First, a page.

Notes of Ch 2 What is Democracy? Why Democracy?| Class 9th Civics

Study Material and Notes of Ch 2 What is Democracy? Why Democracy? Class 9th Civics

Topics in the Chapter

• What is Democracy?
• Features of Democracy
→ Major Decisions by elected leaders
→ Free and fair electoral competition
→ One person, one vote, One value
→ Rule of Law and respect for rights
• Why Democracy?
→ Arguments against democracy
→ Arguments for democracy
• Broader meanings of Democracy

What is Democracy?

• A simple Definition: Democracy is a form of government in which the rulers are elected by the people.

Features of Democracy

• The rulers are elected by the people.

• Free and competitive elections are held.

• Each adult irrespective of religion, education, caste, colour, wealth have one vote, one value.

• The elected rulers take decisions within limits set by constitutional law and citizens’ rights.

• Rule of Law

• The rights of the citizens must be protected through Constitution.

• There must be an independent judiciary.

Major Decisions by Elected leaders

• In Pakistan, General Pervez Musharraf led a military coup in October 1999 and overthrew democratically elected government and became President of the country.
→ In 2002, he held a referendum in the country which was based on malpractices and fraud granted him a five-year extension.
→ After passing law, ‘Legal Framework Order’ which gave the president power to dismiss the national and provincial assemblies, elections were held to the national and provincial assemblies.

• In this case, Pakistan has had elections, elected representatives have some powers. But the final
power rests with military officers and General Musharraf himself. So,this should not be called a
democracy.

• In a democracy, the final decision-making power must rest with those elected by the people.

Free and fair electoral competition

• In China, elections are regularly held after every five years for electing the country’s parliament called National People’s Congress.
→ Before contesting elections, a candidate needs the approval of the Chinese Communist Party.
→ The government is always formed by the Communist Party.

• Mexico holds elections after every six years to elect its President.
→ But until 2000 every election was won by a party called PRI (Institutional Revolutionary Party). → Opposition parties did contest elections, but never managed to win as PRI was known to use many dirty tricks to win elections.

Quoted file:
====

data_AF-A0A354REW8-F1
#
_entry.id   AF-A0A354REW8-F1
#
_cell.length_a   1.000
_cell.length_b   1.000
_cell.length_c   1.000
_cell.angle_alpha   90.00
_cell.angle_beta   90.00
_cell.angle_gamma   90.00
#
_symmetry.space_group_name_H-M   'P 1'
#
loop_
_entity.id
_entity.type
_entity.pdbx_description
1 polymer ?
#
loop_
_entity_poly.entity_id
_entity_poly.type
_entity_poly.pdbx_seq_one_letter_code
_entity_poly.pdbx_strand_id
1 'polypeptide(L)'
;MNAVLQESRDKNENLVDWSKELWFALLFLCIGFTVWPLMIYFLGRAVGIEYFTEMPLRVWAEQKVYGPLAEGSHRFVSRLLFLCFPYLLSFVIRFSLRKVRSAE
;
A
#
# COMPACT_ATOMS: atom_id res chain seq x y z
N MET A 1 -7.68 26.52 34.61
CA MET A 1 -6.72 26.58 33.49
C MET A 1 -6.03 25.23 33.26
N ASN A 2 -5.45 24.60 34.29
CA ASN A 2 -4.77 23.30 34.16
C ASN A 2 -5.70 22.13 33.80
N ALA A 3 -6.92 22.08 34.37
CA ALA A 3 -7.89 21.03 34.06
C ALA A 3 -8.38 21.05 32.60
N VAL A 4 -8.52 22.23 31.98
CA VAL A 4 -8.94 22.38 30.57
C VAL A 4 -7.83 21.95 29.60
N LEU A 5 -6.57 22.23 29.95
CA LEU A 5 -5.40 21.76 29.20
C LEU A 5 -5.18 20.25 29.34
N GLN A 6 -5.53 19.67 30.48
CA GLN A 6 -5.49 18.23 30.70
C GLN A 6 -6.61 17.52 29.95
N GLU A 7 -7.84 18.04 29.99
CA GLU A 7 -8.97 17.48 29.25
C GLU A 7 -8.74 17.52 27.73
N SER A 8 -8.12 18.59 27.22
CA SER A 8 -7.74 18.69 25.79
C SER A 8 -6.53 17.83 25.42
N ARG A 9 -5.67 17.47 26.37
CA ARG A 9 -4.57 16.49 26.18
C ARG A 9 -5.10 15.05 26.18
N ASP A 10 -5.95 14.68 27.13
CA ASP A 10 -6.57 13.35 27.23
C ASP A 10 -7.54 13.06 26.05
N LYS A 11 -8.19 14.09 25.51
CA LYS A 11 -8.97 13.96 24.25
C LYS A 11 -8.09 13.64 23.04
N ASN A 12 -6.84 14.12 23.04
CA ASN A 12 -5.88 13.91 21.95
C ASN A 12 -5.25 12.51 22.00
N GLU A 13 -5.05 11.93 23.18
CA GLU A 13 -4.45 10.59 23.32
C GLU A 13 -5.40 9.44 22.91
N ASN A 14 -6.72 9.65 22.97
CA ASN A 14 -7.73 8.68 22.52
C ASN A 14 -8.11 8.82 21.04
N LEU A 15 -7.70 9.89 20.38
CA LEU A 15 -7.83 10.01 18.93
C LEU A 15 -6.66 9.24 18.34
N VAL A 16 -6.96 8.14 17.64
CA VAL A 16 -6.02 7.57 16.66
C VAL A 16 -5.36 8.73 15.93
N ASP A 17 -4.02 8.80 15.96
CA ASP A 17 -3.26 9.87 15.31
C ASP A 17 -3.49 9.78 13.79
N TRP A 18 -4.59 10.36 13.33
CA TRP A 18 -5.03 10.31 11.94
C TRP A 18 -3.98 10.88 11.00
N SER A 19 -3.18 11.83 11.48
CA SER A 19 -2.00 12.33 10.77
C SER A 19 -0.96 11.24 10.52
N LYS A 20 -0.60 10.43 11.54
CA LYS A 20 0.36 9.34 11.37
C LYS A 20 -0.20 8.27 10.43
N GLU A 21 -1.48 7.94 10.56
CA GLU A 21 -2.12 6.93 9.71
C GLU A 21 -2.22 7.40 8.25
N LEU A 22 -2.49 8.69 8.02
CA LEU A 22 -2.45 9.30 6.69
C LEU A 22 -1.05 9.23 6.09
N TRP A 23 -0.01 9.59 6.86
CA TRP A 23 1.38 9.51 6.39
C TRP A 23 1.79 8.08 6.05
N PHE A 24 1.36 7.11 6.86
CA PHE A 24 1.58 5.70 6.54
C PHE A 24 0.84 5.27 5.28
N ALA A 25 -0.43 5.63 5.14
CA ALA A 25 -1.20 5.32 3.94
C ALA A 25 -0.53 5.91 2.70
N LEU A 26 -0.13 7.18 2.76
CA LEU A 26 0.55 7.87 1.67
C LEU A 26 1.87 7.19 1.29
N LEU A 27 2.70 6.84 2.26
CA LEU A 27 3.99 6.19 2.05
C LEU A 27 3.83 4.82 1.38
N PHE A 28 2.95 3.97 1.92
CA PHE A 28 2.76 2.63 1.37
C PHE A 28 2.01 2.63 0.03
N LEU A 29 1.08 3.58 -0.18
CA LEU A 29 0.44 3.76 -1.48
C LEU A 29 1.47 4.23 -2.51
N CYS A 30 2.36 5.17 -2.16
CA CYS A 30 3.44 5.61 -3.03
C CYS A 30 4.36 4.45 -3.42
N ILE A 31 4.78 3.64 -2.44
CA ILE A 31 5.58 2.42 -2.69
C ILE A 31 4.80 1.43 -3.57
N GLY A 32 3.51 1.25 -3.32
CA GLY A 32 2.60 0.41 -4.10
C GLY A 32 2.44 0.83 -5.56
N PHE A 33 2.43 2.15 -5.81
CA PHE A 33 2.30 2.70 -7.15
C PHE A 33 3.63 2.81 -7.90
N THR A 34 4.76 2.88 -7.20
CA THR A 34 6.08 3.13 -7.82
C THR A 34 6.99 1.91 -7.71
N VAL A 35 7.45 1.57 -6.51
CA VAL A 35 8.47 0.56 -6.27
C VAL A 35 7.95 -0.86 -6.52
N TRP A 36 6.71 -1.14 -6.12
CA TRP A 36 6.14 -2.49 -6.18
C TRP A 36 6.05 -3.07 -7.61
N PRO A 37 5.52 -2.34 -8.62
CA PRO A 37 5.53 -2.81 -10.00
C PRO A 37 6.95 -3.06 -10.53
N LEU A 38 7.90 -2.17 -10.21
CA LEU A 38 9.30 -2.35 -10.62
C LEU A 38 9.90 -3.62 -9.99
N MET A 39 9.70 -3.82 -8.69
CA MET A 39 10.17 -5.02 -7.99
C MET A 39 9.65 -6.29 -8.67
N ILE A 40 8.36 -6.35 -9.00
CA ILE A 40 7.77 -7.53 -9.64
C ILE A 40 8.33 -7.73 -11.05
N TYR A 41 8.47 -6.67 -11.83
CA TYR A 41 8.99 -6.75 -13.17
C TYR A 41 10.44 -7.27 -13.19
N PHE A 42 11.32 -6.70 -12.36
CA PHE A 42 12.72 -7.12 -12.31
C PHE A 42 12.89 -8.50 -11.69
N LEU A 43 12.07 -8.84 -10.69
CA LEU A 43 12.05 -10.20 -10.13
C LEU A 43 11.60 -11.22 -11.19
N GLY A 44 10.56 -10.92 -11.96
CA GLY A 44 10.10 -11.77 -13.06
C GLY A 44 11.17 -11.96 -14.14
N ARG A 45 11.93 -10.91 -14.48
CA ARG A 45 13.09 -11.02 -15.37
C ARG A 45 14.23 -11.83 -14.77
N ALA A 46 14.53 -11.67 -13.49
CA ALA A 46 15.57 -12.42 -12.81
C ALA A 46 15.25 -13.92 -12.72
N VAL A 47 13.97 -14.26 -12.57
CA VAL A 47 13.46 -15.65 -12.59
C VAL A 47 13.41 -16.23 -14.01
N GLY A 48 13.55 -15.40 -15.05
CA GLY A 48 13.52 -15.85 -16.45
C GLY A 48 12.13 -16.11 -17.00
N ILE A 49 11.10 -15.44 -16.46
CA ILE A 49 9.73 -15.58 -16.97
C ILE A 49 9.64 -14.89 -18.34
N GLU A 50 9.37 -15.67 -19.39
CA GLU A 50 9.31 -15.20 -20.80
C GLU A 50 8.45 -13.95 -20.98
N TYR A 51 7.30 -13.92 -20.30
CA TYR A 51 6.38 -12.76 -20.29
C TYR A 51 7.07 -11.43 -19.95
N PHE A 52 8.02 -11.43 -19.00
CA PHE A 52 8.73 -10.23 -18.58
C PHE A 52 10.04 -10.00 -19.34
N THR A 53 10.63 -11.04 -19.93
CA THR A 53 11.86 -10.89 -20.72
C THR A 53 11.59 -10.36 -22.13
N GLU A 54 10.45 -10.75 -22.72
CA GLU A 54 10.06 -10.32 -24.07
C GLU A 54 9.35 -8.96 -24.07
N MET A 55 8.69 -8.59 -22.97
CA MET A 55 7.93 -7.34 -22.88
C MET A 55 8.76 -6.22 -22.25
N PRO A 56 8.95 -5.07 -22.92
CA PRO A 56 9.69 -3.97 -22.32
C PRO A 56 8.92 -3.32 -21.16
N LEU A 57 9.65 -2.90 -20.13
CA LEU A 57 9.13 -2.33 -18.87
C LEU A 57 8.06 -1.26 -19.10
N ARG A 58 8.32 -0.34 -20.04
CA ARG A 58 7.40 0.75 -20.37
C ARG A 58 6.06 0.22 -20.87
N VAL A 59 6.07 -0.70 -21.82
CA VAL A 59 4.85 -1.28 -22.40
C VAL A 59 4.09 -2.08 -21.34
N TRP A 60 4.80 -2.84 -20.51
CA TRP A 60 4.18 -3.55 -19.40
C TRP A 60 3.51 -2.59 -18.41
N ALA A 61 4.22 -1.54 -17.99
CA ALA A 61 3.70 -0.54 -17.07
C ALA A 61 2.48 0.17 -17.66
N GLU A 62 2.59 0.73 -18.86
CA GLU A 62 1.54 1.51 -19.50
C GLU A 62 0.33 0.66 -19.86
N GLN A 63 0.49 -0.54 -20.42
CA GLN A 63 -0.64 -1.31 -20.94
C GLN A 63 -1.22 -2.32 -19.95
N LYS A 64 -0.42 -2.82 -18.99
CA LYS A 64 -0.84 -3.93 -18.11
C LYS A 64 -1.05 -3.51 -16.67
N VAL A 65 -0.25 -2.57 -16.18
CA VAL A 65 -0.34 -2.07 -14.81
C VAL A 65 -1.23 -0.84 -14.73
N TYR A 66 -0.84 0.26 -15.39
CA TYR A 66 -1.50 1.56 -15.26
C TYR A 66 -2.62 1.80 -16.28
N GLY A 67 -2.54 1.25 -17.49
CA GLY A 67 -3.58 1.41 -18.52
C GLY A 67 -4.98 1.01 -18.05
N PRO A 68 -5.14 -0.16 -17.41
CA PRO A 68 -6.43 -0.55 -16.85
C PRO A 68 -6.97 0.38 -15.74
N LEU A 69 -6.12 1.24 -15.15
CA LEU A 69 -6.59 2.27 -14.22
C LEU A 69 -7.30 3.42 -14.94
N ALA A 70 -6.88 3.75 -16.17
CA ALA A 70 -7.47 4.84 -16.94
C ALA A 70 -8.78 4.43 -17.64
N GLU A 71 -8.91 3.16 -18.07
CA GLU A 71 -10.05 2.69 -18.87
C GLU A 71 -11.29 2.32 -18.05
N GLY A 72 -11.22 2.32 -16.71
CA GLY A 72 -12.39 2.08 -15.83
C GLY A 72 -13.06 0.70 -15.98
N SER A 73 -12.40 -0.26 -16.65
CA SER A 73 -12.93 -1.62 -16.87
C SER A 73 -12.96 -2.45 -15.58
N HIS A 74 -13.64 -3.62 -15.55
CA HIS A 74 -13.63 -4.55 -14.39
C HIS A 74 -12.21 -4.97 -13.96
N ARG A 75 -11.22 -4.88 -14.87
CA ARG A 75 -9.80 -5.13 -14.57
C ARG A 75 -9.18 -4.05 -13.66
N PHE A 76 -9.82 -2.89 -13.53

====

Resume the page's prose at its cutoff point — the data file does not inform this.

• Both the cases should not be called a democracy.

• A democracy must be based on a free and fair election where those currently in power have a fair chance of losing.

One person, one vote, One value

• There are many instances of denial of equal right to vote.

→In Saudi Arabia women do not have the right to vote.

→ Estonia has made its citizenship rules in such a way that people belonging to Russian minority find it difficult to get the right to vote.

→ In Fiji, the electoral system is such that the vote of an indigenous Fiji has more value than that of an Indian-Fijian.

• In a democracy, each adult citizen must have one vote and each vote must have one value.

Rule of Law and respect for rights

• Since independence, Zimbabwe ruled by ZANU-PF.
→ Its leader, Robert Mugabe has been ruling the country. He is popular but also uses unfair practices in elections.
→ Elections have been held regularly and always won by ZANU-PF.
→ Opposition party workers are harassed and their meeting disrupted.
→ Public protests and demonstrations against the government are declared illegal.
→ Television and radio are controlled by the government and give only the ruling party’s version.
→ Independent newspapers are there but the government harasses those journalists who go against it.
→ The government has ignored some court judgments that went against it and has pressurised judges.

• In this case, government is not democratic as there is no there is no citzen' basic rights, no political opposition, no judiciary.

• A democratic government rule within limits set by constitutional law and citizens’ rights.

Why Democracy?

Arguments against democracy

•  Leaders keep changing in a democracy. This leads to instability.

• Democracy is all about political competition and power play. There is no scope for morality.

• So many people have to be consulted in a democracy that it leads to delays.

• Elected leaders do not know the best interest of the people. It leads to bad decisions.

• Democracy leads to corruption for it is based on electoral competition.

• Ordinary people don’t know what is good for them; they should not decide anything.

Arguments for democracy

• A democratic government is a better government because it is a more accountable form of government.

• Democracy improves the quality of decision-making.

• Democracy provides a method to deal with differences and conflicts.

• Democracy enhances the dignity of citizens.

• Democracy allows us to correct its own mistakes.

Broader Meanings of Democracy

• The most common form that democracy takes in our times is that of a representative democracy where majority is allowed to take decisions on behalf of all the people.
→ The majority of people rule through their elected representatives.

• A democratic decision involves consultation with and consent of all those who are affected by that
decision.

• Democracy is a principle that can be applied to any sphere of life.
→ Democracy can apply to a government or a family or any other organisation.


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